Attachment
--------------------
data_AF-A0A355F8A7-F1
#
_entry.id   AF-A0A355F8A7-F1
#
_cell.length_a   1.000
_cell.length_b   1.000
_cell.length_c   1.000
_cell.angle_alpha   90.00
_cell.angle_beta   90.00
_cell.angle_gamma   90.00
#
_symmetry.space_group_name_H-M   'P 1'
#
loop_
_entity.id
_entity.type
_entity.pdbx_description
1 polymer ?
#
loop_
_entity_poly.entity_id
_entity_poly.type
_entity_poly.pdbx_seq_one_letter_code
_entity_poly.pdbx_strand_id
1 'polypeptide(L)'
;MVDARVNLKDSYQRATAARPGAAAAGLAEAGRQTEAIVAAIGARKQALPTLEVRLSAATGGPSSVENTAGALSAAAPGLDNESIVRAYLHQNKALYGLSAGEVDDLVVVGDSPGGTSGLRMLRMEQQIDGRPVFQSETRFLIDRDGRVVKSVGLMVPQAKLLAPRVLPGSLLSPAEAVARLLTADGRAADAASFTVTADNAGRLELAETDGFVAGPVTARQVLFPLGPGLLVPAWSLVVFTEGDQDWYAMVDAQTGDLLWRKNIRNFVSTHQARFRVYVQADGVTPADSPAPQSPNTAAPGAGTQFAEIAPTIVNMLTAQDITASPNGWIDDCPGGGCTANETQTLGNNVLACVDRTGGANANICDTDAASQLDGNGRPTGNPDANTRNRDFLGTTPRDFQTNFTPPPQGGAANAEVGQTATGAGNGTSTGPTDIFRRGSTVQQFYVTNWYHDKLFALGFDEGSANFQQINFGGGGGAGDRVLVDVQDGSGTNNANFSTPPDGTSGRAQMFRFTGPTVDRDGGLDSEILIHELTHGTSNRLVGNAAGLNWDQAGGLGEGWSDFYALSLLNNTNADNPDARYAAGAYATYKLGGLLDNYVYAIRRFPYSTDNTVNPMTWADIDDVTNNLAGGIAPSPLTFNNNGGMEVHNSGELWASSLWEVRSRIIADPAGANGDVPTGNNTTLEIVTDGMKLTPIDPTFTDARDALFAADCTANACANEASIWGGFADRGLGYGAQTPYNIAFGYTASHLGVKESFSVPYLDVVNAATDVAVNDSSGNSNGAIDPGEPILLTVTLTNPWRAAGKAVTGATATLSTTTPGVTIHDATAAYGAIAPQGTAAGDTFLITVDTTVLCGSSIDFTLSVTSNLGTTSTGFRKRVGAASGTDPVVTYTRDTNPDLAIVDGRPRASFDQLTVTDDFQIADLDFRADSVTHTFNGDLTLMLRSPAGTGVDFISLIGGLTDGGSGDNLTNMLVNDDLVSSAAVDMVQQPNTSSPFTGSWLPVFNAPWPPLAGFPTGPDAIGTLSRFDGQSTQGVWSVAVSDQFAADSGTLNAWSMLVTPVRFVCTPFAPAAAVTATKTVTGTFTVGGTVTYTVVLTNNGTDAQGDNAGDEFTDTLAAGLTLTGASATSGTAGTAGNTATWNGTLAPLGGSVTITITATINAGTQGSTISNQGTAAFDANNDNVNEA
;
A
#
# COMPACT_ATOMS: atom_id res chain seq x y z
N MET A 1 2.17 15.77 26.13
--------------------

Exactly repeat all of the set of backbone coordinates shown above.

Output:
data_AF-A0A355F8A7-F1
#
_entry.id   AF-A0A355F8A7-F1
#
_cell.length_a   1.000
_cell.length_b   1.000
_cell.length_c   1.000
_cell.angle_alpha   90.00
_cell.angle_beta   90.00
_cell.angle_gamma   90.00
#
_symmetry.space_group_name_H-M   'P 1'
#
loop_
_entity.id
_entity.type
_entity.pdbx_description
1 polymer ?
#
loop_
_entity_poly.entity_id
_entity_poly.type
_entity_poly.pdbx_seq_one_letter_code
_entity_poly.pdbx_strand_id
1 'polypeptide(L)'
;MVDARVNLKDSYQRATAARPGAAAAGLAEAGRQTEAIVAAIGARKQALPTLEVRLSAATGGPSSVENTAGALSAAAPGLDNESIVRAYLHQNKALYGLSAGEVDDLVVVGDSPGGTSGLRMLRMEQQIDGRPVFQSETRFLIDRDGRVVKSVGLMVPQAKLLAPRVLPGSLLSPAEAVARLLTADGRAADAASFTVTADNAGRLELAETDGFVAGPVTARQVLFPLGPGLLVPAWSLVVFTEGDQDWYAMVDAQTGDLLWRKNIRNFVSTHQARFRVYVQADGVTPADSPAPQSPNTAAPGAGTQFAEIAPTIVNMLTAQDITASPNGWIDDCPGGGCTANETQTLGNNVLACVDRTGGANANICDTDAASQLDGNGRPTGNPDANTRNRDFLGTTPRDFQTNFTPPPQGGAANAEVGQTATGAGNGTSTGPTDIFRRGSTVQQFYVTNWYHDKLFALGFDEGSANFQQINFGGGGGAGDRVLVDVQDGSGTNNANFSTPPDGTSGRAQMFRFTGPTVDRDGGLDSEILIHELTHGTSNRLVGNAAGLNWDQAGGLGEGWSDFYALSLLNNTNADNPDARYAAGAYATYKLGGLLDNYVYAIRRFPYSTDNTVNPMTWADIDDVTNNLAGGIAPSPLTFNNNGGMEVHNSGELWASSLWEVRSRIIADPAGANGDVPTGNNTTLEIVTDGMKLTPIDPTFTDARDALFAADCTANACANEASIWGGFADRGLGYGAQTPYNIAFGYTASHLGVKESFSVPYLDVVNAATDVAVNDSSGNSNGAIDPGEPILLTVTLTNPWRAAGKAVTGATATLSTTTPGVTIHDATAAYGAIAPQGTAAGDTFLITVDTTVLCGSSIDFTLSVTSNLGTTSTGFRKRVGAASGTDPVVTYTRDTNPDLAIVDGRPRASFDQLTVTDDFQIADLDFRADSVTHTFNGDLTLMLRSPAGTGVDFISLIGGLTDGGSGDNLTNMLVNDDLVSSAAVDMVQQPNTSSPFTGSWLPVFNAPWPPLAGFPTGPDAIGTLSRFDGQSTQGVWSVAVSDQFAADSGTLNAWSMLVTPVRFVCTPFAPAAAVTATKTVTGTFTVGGTVTYTVVLTNNGTDAQGDNAGDEFTDTLAAGLTLTGASATSGTAGTAGNTATWNGTLAPLGGSVTITITATINAGTQGSTISNQGTAAFDANNDNVNEA
;
A
#
# COMPACT_ATOMS: atom_id res chain seq x y z
N MET A 1 2.17 15.77 26.13